It is no mere coincidence that the men who turned from satire, wit, and the artificial pastoral to the lyric and the poetry of real nature were the men who were seeking for fresher and less hackneyed words. A new art requires new tools as well as a new spirit. Not that all artists are at first conscious of this requirement. Many poets employed Milton's diction, as they did his style and meters, from the habit of slavish imitation so general in the eighteenth century; yet if they had taste and penetration they realized as soon as they donned the new garment how drab and shabby the old one had been. The debt to Milton and Spenser was, of course, not limited to bits of gold lace or embroidery clearly taken from their gorgeous vestments. When a man who has always worn the Quaker costume adopts a colored tie or a derby hat, the step to a striped suit and pointed shoes is an easy one; and, similarly, when a writer or a reader has once become accustomed to unusual phraseology, he is likely to develop a sensitiveness to the imaginative and sonorous

1 Mo. Rev., xii. 159 (1755).

2 Grub-Street Journal, Feb. 5, 1730 (Memoirs of the Society of Grub-Street, no. 5). Cf. the Guardian, no. 78 (by Pope); and James Ralph's Night (1728), p. vii.

* See below, pp. 115-16, and Appendix A.

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value of language, and to seek increasingly for an expression of his
meaning which will be not only adequate but picturesque, haunting,
magic, exquisite, magnificent, or otherwise memorable. English
poetry from Pope to Keats shows a steadily-increasing attention to
the connotative, the imaginative and poetic, value of words, a change
that is due largely to the influence of Spenser, Shakespeare, and

It would, however, be misleading to represent Milton's influence upon diction as entirely beneficial. The strongly Latinic, learned, and grandiloquent vocabulary of his epic, though admirably adapted to Pandemonic councils and the rebellion of archangels, was a dangerous model for mediocre bards who were dealing with prosaic themes. Unfortunately, also, the most influential of his early followers exaggerated his lofty and unusual Latinisms, or at least did not modify them when dealing with very different subject-matter. As a result, bombast and blank verse became almost synonymous, and most renouncers of rime made themselves ridiculous in their attempts to walk upon stilts.2 Nor can it be denied that Thomas Warton and some of the other imitators of the minor poems often showed less poetic discrimination than boyish delight over a new toy, in their use of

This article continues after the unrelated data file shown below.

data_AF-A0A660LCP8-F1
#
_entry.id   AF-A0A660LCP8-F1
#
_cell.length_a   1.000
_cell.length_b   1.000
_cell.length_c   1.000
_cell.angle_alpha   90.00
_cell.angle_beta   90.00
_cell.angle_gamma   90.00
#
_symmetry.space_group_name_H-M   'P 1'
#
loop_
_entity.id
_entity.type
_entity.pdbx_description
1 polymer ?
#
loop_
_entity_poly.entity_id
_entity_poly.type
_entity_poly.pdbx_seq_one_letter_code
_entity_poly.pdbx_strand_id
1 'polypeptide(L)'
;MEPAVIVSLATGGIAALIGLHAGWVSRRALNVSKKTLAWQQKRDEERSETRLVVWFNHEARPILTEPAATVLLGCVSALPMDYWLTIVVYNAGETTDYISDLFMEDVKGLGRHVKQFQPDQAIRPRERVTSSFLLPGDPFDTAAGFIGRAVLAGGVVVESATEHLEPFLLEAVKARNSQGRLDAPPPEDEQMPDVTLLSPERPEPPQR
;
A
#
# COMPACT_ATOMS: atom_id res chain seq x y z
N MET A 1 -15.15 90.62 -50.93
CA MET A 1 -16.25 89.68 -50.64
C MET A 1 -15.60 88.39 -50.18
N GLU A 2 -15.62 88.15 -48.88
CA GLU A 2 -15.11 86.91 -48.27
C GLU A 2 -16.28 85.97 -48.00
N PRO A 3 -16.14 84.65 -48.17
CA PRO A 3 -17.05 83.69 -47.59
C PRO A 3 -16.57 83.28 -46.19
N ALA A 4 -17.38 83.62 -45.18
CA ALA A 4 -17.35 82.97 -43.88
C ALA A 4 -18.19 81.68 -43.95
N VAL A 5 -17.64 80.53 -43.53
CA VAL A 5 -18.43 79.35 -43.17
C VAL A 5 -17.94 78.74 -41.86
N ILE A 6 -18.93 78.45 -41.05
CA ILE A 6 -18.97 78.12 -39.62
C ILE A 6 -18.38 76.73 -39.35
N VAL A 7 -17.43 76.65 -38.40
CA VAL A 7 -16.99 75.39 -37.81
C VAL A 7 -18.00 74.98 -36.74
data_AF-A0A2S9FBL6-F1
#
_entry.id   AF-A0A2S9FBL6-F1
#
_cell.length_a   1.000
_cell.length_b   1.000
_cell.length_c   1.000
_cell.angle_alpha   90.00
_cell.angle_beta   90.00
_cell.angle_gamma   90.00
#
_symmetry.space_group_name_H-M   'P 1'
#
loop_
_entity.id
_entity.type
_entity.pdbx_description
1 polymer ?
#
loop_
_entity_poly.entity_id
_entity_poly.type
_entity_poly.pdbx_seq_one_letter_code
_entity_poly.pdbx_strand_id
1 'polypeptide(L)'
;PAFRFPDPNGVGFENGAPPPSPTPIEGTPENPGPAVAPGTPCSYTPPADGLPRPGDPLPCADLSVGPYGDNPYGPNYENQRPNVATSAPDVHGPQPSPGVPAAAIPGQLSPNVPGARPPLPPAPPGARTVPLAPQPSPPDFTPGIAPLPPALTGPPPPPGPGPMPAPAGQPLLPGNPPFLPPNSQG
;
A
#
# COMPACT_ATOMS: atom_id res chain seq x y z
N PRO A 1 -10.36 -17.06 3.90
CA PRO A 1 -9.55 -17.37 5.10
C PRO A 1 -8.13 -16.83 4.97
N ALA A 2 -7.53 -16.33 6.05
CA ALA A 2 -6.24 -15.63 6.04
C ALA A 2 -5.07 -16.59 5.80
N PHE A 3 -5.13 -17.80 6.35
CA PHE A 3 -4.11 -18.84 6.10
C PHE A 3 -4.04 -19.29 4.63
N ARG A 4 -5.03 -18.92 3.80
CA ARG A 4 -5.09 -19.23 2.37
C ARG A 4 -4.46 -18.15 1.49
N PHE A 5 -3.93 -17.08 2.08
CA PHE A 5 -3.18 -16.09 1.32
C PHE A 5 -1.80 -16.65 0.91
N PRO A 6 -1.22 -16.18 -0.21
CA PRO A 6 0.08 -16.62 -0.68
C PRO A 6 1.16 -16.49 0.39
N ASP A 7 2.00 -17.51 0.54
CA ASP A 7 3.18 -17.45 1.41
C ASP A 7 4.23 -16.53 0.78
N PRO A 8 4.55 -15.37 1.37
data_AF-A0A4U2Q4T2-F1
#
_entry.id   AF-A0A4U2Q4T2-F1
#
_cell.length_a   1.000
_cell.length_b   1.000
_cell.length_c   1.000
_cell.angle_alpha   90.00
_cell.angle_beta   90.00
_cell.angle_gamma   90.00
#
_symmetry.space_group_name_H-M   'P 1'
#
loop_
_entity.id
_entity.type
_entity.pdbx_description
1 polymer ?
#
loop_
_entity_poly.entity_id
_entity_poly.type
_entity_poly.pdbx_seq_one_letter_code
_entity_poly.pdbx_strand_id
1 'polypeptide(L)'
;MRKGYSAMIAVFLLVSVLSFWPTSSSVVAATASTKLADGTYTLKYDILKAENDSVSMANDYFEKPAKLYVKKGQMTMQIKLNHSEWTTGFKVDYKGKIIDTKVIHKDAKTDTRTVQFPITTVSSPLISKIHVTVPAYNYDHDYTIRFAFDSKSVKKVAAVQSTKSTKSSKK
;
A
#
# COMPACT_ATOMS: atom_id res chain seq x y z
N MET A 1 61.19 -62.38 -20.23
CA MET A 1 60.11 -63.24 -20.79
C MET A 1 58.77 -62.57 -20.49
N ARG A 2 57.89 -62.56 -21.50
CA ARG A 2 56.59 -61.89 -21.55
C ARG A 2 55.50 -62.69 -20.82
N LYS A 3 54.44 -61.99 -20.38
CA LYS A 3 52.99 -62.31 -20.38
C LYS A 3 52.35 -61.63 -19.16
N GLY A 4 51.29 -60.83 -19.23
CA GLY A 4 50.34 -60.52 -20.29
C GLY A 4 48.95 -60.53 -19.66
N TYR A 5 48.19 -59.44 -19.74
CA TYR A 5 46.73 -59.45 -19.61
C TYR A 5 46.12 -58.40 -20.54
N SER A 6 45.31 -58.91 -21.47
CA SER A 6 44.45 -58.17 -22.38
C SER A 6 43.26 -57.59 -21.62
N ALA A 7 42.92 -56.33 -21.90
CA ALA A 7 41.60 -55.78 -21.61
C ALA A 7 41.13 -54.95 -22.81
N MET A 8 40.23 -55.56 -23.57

Phrase that time has flung away;
Uncouth words in disarray,
Trick'd in antique ruff and bonnet,
Ode, and elegy, and sonnet.'

1 Since Spenser was read less than the other two poets and seemed more antiquated and remote, his diction was used more consciously than theirs, by fewer writers, and in more definite imitations of his manner. Shakespeare's language seems to have attracted a still smaller degree of attention and, until the beginning of the nineteenth century, to have had less influence than one would expect. Yet no one can speak with anything like certainty in these matters until extensive researches have been made into the entire subject of poetic diction, a neglected field in which the many recent concordances are of invaluable service.

2 The Monthly Review, for example, maintained in 1804 (enl. ed., xliv. 428, 425)that "blank verse requires a certain majesty of diction, and is debased by low and vulgar expressions," and that "incomprehensible' is not a word so proper for this measure [the Spenserian stanza] as for Miltonic blank verse." "I am no great friend to blankverse for subjects which are to be treated of with simplicity," Fox wrote Wordsworth (May 25, 1801, Harper's Wordsworth, i. 418). And so late as 1810 Chalmers (English Poets, xvii. 12) regarded words like "forestall, uncomfortable, acquiescence, obtuse, exemplified, meritorious, absurdity, superfluous, timber, assiduity, elegantly, authoritative, supercede, convalescence, circumscription," as "too familiar” for an unrimed epic. Yet Lord Lyttelton rejoiced in Glover's discovery that "hard Words, and affected Phrases, are no more necessary in this sort of Metre [blank verse], than in Rhime, and that if Milton himself had been more sparing of them, he would not ... have spoil'd the Style of so many of his Successors, who have chose to imitate him chiefly in this Point" (Common Sense, April 9, 1737).

' Johnson, quoted in Boswell's Johnson (ed. Hill), iii. 158 n.